Having made a complaint to the relevant authority in March 2016 about chronic dog fouling on pavements in the Everards, Lynn, I am pleased to say that Andy Nederpell and his Neighbourhood Nuisance team responded to my initial complaints with great effort of monitoring and marking to great effect.
Unfortunately, a further complaint was made and at the present time, over a year later I am happy, as are most residents of the Everards, that the situation is much improved. It is evident that many dog owners have little conscience or sense of responsibility in leaving their dogs’ excrement on pavements and indeed anywhere where there is a public green space. Andy Nederpell explained to me certain aspects of human rights that make it difficult for councils to obtain a prosecution. The other difficulty is that many dog owners in urban areas walk their dogs under cover of darkness. The writer of a letter I read recently quite rightly complains about dog fouling in woodland, where dogs are allowed to roam free and can conveniently defecate unseen by their owner. There is also the dog owner who having cleared up with a plastic bag, then throws it into the undergrowth or somebody else’s garden, or as I witnessed, into the Long Pond. The ever increasing population of dog owners to ever decreasing green space has serious implications of a health risk for the very young and elderly and there is also the risk of injury from free roaming dogs. As I see it, the only reason people take their pets for walkies is to conveniently defecate on any ground away from their own property. It’s about time politicians and public authorities brought about change that would bring about a cleaner, safer environment either by licence to fund clean up or laws that are effective in securing prosecution of people that it seems would drag society back to the medieval streets of the past.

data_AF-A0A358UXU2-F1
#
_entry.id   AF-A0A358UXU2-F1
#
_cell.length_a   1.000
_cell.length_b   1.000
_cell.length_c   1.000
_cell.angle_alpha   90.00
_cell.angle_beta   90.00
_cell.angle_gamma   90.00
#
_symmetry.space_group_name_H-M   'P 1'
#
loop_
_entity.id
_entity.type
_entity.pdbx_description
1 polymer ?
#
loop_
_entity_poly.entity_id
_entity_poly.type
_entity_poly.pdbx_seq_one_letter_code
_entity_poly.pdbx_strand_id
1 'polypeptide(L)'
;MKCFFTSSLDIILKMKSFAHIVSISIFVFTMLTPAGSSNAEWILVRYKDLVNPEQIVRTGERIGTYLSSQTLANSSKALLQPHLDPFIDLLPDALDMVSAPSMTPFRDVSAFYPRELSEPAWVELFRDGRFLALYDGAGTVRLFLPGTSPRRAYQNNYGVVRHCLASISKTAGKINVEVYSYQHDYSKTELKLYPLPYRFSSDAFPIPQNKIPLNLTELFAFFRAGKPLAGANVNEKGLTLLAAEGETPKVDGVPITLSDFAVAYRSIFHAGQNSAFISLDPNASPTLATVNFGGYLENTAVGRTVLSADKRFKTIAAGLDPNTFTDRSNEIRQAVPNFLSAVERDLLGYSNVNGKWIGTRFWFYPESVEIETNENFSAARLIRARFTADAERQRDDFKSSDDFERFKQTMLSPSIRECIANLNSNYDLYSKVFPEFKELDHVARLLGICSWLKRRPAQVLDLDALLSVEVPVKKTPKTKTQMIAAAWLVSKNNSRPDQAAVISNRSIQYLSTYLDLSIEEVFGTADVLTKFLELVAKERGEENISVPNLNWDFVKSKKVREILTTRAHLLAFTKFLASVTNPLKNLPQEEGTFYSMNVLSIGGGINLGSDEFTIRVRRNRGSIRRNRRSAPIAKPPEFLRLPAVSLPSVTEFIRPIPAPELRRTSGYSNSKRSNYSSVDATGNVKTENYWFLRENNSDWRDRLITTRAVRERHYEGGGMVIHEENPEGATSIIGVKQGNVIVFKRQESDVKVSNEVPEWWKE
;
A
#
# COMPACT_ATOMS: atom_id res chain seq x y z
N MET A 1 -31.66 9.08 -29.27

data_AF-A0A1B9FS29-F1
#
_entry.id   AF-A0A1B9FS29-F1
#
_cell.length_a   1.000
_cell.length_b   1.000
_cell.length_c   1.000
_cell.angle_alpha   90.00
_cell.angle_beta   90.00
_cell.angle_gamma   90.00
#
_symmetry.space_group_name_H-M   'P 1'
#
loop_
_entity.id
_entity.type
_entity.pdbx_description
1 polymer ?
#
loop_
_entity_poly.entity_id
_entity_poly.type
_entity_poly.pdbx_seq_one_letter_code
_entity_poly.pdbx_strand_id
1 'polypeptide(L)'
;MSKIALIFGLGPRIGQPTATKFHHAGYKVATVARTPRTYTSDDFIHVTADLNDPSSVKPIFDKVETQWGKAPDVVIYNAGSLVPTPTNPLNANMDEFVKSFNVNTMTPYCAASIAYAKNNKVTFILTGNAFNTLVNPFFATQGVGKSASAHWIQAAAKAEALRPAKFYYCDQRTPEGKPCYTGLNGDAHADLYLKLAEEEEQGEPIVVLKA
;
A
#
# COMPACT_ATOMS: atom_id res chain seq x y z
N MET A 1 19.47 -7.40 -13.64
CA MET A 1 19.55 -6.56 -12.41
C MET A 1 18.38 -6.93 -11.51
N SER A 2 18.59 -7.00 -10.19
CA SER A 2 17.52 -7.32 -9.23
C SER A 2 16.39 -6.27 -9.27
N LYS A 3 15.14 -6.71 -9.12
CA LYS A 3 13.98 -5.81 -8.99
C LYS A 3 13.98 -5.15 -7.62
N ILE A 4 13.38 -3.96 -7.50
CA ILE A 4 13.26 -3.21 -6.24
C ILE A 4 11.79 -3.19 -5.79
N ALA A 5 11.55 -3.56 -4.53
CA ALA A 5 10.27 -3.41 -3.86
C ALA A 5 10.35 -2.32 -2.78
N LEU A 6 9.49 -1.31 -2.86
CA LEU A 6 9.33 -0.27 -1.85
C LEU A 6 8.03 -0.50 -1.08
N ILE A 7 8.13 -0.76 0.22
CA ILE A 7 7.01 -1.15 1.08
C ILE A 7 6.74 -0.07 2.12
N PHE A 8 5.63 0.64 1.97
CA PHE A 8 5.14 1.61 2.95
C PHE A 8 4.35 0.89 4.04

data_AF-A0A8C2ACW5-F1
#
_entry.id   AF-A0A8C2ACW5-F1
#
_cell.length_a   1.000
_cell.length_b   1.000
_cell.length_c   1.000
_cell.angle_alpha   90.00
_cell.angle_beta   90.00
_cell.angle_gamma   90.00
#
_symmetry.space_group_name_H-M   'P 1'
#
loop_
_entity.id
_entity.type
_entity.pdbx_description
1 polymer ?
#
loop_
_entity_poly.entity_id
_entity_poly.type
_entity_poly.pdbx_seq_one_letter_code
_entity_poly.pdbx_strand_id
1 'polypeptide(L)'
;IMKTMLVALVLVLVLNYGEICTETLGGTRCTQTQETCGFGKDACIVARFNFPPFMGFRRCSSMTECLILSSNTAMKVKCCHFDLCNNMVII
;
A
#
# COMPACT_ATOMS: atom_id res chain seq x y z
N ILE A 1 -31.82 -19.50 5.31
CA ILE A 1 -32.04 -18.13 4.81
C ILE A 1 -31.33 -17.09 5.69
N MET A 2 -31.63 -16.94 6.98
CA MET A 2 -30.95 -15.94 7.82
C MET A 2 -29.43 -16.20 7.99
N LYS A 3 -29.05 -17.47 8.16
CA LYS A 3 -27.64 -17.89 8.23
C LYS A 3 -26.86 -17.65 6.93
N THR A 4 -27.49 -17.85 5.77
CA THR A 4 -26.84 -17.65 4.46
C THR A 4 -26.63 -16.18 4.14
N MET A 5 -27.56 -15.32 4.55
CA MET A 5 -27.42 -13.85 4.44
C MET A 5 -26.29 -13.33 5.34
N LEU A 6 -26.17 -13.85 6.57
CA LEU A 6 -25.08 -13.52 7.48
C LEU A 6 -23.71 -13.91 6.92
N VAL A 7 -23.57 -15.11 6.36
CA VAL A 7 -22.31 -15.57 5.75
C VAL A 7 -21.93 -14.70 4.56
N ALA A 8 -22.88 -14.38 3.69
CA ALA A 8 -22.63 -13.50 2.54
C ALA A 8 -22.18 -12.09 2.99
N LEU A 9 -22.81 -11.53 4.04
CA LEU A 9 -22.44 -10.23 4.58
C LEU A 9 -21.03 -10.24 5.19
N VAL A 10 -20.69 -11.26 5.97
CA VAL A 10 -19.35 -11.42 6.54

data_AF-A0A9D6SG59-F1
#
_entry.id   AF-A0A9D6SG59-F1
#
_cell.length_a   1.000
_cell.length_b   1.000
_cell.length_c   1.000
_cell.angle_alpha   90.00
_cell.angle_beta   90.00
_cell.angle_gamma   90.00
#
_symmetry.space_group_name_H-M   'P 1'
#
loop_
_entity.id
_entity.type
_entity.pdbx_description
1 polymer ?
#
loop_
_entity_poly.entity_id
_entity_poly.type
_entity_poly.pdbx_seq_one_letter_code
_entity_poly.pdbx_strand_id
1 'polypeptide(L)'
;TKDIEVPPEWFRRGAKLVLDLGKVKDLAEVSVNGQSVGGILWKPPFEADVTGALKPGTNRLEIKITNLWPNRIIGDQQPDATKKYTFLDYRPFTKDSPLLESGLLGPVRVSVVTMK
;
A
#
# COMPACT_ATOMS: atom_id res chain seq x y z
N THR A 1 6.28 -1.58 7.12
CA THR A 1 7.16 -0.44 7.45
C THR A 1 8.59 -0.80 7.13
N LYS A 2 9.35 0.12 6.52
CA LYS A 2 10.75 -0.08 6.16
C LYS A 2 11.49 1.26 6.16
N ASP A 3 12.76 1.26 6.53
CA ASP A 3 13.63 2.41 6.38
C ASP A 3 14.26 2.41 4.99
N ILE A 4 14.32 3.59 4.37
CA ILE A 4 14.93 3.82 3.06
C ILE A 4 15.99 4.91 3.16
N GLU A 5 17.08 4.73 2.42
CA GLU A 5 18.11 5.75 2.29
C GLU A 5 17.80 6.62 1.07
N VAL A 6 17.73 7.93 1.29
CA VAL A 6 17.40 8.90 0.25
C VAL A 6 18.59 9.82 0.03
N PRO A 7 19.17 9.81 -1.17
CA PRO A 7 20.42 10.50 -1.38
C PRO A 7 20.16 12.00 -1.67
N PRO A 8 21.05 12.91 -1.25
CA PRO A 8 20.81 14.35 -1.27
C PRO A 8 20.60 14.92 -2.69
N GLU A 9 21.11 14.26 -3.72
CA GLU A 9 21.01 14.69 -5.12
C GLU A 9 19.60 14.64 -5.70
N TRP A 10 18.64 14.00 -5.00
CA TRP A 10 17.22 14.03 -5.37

Barry Tomlin, North Everard Street, Lynn